In the old days, the “Ivory Tower” approach seemed to rely heavily on intuition, theory, and “because I said so.” Now, academia has become more focused on hypothesis development and testing…a more “evidence-based” approach. The general public seems to be moving in a similar direction, and lawmakers should take heed of this new trend in using metrics in policymaking.
The average college professor appears to be obsessed with theory. Usually that’s where you’ll see a lot of on-line complaints from current and former students. It’s too broad…it’s too abstract. And that’s exactly what it’s designed to be. An abstract theory is designed to be that way, being broad also means applying to as many situations as possible. Abstract theories are also more flexible as well. People don’t care about a theory that doesn’t mean anything to them.
But theory alone, without any concrete evaluation, is too vague to be useful, right? That’s where the hypothesis comes in. A hypothesis is a more specific version of the theory that can be tested. Therefore, it’s not “an educated guess.” It’s a connection between variables that’s ready to be scrutinized with evidence.
There are several ways of testing a hypothesis. Georgians could compare contemporary times to past times. They could compare themselves to other states in the region, or throughout the United States. Even within Georgia, county could be compared to county to determine where a policy works, or doesn’t work. Just as Federalists long ago thought of states as “laboratories” of polices, more freedom to counties and districts could do the same.
Of course, there’s a desire (even pressure) to find a “cause-and-effect” relationship. But it’s far more important to conduct one’s test in an unbiased fashion. Making up the data, rigging the test, falsifying conclusions are all bad moves in hypothesis testing. Contrary to media reports, fraud in academia is a career killer.
It’s also critical to realize what you actually have. Folks who discover this technique are quick to believe that their hypothesis test “proves” something. But you often don’t have a scientific law, or phenomenon that occurs in every situation, or no situation. At best, you have a relationship between variables under a given set of circumstances.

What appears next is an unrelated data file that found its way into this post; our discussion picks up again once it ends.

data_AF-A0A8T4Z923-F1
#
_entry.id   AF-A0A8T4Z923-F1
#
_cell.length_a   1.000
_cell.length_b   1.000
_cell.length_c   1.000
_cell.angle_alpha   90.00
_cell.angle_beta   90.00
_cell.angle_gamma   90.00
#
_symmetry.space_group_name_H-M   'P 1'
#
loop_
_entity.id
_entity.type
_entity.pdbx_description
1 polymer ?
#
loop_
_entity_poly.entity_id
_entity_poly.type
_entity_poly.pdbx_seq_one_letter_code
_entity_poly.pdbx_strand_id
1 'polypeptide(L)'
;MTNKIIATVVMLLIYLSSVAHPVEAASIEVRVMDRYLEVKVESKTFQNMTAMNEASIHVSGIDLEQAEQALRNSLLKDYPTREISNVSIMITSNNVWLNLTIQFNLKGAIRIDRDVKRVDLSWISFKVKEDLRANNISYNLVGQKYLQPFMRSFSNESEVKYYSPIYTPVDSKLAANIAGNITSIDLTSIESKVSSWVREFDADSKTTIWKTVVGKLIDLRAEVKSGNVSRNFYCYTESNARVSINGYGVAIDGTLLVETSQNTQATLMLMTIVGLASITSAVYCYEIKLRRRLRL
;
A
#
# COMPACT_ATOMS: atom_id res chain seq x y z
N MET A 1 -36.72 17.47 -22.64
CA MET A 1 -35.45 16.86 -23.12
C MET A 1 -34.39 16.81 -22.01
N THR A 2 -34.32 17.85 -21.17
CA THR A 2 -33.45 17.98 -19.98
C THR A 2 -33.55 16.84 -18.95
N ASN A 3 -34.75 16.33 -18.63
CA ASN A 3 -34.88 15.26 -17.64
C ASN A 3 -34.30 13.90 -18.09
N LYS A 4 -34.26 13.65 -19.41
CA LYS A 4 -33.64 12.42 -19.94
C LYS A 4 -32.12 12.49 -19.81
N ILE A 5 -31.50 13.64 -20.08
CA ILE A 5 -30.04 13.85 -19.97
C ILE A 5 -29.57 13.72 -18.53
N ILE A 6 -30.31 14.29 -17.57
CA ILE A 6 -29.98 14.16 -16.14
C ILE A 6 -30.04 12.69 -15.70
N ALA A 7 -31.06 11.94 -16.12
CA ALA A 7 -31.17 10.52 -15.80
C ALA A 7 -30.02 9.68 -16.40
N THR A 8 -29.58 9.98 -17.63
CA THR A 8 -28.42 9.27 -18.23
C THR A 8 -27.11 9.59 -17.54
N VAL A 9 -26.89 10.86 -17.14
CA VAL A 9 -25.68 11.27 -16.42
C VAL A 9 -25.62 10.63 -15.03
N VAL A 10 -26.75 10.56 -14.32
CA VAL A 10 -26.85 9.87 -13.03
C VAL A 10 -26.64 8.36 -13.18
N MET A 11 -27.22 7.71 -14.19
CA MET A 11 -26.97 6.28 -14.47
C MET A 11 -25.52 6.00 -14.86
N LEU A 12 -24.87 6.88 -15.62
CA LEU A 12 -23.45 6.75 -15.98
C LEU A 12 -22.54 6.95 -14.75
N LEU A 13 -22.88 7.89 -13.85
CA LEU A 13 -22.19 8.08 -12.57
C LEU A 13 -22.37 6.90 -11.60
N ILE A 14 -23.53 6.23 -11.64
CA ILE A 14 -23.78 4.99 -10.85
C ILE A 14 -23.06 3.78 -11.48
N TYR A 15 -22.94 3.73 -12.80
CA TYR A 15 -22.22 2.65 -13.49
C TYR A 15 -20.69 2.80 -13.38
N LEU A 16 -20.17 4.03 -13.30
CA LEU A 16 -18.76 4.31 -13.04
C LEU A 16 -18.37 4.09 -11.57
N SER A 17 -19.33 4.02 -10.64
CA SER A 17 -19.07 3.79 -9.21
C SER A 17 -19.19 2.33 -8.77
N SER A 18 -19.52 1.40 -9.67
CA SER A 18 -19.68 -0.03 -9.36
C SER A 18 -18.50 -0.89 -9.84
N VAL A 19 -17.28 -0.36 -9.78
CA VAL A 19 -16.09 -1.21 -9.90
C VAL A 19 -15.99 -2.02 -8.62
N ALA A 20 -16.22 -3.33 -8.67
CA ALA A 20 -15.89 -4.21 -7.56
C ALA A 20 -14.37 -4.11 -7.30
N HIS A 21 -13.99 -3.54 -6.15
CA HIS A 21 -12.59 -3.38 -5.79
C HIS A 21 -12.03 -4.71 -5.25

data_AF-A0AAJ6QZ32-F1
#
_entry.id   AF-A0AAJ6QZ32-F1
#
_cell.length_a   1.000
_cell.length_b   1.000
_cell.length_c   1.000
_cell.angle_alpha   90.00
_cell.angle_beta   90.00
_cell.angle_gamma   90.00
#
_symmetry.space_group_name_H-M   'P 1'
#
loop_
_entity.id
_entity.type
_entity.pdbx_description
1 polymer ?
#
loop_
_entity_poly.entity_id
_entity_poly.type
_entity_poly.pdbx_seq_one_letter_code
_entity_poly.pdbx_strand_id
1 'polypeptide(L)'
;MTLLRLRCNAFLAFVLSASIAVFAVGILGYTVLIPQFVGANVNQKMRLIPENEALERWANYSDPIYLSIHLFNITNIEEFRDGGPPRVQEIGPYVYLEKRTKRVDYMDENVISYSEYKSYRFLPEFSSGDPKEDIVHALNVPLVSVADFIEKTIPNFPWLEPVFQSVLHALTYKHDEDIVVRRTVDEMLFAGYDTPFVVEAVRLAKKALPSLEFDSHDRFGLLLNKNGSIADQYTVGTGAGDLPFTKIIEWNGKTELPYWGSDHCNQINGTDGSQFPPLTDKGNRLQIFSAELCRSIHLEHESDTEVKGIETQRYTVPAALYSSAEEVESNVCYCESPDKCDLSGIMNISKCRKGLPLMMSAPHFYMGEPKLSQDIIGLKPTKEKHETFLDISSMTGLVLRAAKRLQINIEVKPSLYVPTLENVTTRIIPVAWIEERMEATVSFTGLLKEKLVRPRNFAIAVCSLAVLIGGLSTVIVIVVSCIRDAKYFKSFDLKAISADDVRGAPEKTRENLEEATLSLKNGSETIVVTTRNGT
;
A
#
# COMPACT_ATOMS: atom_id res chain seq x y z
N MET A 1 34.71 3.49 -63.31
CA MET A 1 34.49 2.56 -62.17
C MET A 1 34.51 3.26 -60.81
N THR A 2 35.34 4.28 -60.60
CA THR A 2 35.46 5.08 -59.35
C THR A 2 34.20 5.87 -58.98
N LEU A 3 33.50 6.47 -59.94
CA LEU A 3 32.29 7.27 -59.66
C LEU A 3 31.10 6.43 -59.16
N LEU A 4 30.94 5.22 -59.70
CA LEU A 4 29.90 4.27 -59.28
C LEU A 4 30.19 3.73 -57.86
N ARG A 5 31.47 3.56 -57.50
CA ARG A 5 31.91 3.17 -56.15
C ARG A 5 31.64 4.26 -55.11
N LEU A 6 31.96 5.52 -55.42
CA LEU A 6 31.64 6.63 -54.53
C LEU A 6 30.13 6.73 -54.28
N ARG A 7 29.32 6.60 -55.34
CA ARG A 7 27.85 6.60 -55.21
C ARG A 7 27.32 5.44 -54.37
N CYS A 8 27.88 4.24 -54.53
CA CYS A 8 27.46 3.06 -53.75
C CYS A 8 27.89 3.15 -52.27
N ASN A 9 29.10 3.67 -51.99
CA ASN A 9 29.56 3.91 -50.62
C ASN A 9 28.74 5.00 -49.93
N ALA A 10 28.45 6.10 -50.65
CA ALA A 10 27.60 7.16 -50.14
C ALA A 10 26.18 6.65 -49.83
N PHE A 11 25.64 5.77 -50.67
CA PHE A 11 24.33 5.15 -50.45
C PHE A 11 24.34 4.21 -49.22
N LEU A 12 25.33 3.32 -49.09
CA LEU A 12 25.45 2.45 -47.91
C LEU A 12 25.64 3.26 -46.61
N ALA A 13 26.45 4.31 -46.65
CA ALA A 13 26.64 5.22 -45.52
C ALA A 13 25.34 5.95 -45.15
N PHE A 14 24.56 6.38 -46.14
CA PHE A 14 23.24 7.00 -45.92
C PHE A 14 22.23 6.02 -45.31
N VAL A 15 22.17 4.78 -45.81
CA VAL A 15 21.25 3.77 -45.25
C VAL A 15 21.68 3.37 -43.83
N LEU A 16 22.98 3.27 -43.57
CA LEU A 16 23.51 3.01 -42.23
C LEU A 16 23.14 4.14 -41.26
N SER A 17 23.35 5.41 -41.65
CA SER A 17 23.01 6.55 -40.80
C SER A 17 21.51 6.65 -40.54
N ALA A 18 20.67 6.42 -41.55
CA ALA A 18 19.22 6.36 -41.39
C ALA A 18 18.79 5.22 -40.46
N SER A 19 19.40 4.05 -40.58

This all sounds too complicated for policymakers, but it actually has a great deal of public interest. Witness the success of the Discovery Channel show “Mythbusters,” where urban legends are closely scrutinized, rather than simply assumed to exist (or not exist). Now there’s “Unsolved History,” “Battlefield Detectives,” and crime shows with reenactments.
Take a quick look at some of the key political issues in Georgia. Are the state’s ethics laws too cumbersome to be effective? Would a given redistricting plan benefit incumbents or not? Should an education program be cut, or will it cost the state more money in the future? How does the public really feel about Sunday alcohol sales? Would a “fair tax” plan increase or lose revenue? And what are Georgia’s natural resources really worth? Any legitimate test of these would be better than somebody’s “best guess.”
I’ve written and reviewed articles for academic journals, presenting and discussing others’ papers at conferences. It’s hard to get published these days without such an approach. Pointing at one’s degree, one’s pedigree, or one’s “gut feeling” won’t get you anywhere in academia today. It shouldn’t get you very far in writing and enforcing state laws either.